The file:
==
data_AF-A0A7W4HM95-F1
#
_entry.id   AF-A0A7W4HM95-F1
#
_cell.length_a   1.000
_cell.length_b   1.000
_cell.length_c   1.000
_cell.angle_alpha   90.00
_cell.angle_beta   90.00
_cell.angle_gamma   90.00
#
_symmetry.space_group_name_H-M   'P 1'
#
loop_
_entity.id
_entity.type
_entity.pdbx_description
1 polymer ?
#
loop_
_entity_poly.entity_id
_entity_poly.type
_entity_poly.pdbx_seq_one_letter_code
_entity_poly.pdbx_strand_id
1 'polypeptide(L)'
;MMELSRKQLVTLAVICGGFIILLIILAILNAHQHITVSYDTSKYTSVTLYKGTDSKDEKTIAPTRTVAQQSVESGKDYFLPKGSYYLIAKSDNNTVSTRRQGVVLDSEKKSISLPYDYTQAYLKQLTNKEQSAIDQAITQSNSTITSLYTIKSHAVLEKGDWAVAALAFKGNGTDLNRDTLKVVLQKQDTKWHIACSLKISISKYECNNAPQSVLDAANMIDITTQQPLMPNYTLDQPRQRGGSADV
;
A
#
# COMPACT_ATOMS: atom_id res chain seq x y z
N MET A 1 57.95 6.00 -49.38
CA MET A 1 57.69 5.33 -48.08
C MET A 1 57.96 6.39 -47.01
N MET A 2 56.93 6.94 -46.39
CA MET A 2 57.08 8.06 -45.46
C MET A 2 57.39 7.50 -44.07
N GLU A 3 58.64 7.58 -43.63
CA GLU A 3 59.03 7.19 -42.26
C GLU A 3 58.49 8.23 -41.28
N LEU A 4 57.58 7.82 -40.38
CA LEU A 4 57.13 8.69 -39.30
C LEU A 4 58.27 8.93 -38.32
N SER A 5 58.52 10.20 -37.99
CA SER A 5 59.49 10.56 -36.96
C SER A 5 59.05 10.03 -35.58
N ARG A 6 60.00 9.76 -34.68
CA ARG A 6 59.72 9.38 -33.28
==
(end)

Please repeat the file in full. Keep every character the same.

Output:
data_AF-A0A7W4HM95-F1
#
_entry.id   AF-A0A7W4HM95-F1
#
_cell.length_a   1.000
_cell.length_b   1.000
_cell.length_c   1.000
_cell.angle_alpha   90.00
_cell.angle_beta   90.00
_cell.angle_gamma   90.00
#
_symmetry.space_group_name_H-M   'P 1'
#
loop_
_entity.id
_entity.type
_entity.pdbx_description
1 polymer ?
#
loop_
_entity_poly.entity_id
_entity_poly.type
_entity_poly.pdbx_seq_one_letter_code
_entity_poly.pdbx_strand_id
1 'polypeptide(L)'
;MMELSRKQLVTLAVICGGFIILLIILAILNAHQHITVSYDTSKYTSVTLYKGTDSKDEKTIAPTRTVAQQSVESGKDYFLPKGSYYLIAKSDNNTVSTRRQGVVLDSEKKSISLPYDYTQAYLKQLTNKEQSAIDQAITQSNSTITSLYTIKSHAVLEKGDWAVAALAFKGNGTDLNRDTLKVVLQKQDTKWHIACSLKISISKYECNNAPQSVLDAANMIDITTQQPLMPNYTLDQPRQRGGSADV
;
A
#
# COMPACT_ATOMS: atom_id res chain seq x y z
N MET A 1 57.95 6.00 -49.38
CA MET A 1 57.69 5.33 -48.08
C MET A 1 57.96 6.39 -47.01
N MET A 2 56.93 6.94 -46.39
CA MET A 2 57.08 8.06 -45.46
C MET A 2 57.39 7.50 -44.07
N GLU A 3 58.64 7.58 -43.63
CA GLU A 3 59.03 7.19 -42.26
C GLU A 3 58.49 8.23 -41.28
N LEU A 4 57.58 7.82 -40.38
CA LEU A 4 57.13 8.69 -39.30
C LEU A 4 58.27 8.93 -38.32
N SER A 5 58.52 10.20 -37.99
CA SER A 5 59.49 10.56 -36.96
C SER A 5 59.05 10.03 -35.58
N ARG A 6 60.00 9.76 -34.68
CA ARG A 6 59.72 9.38 -33.28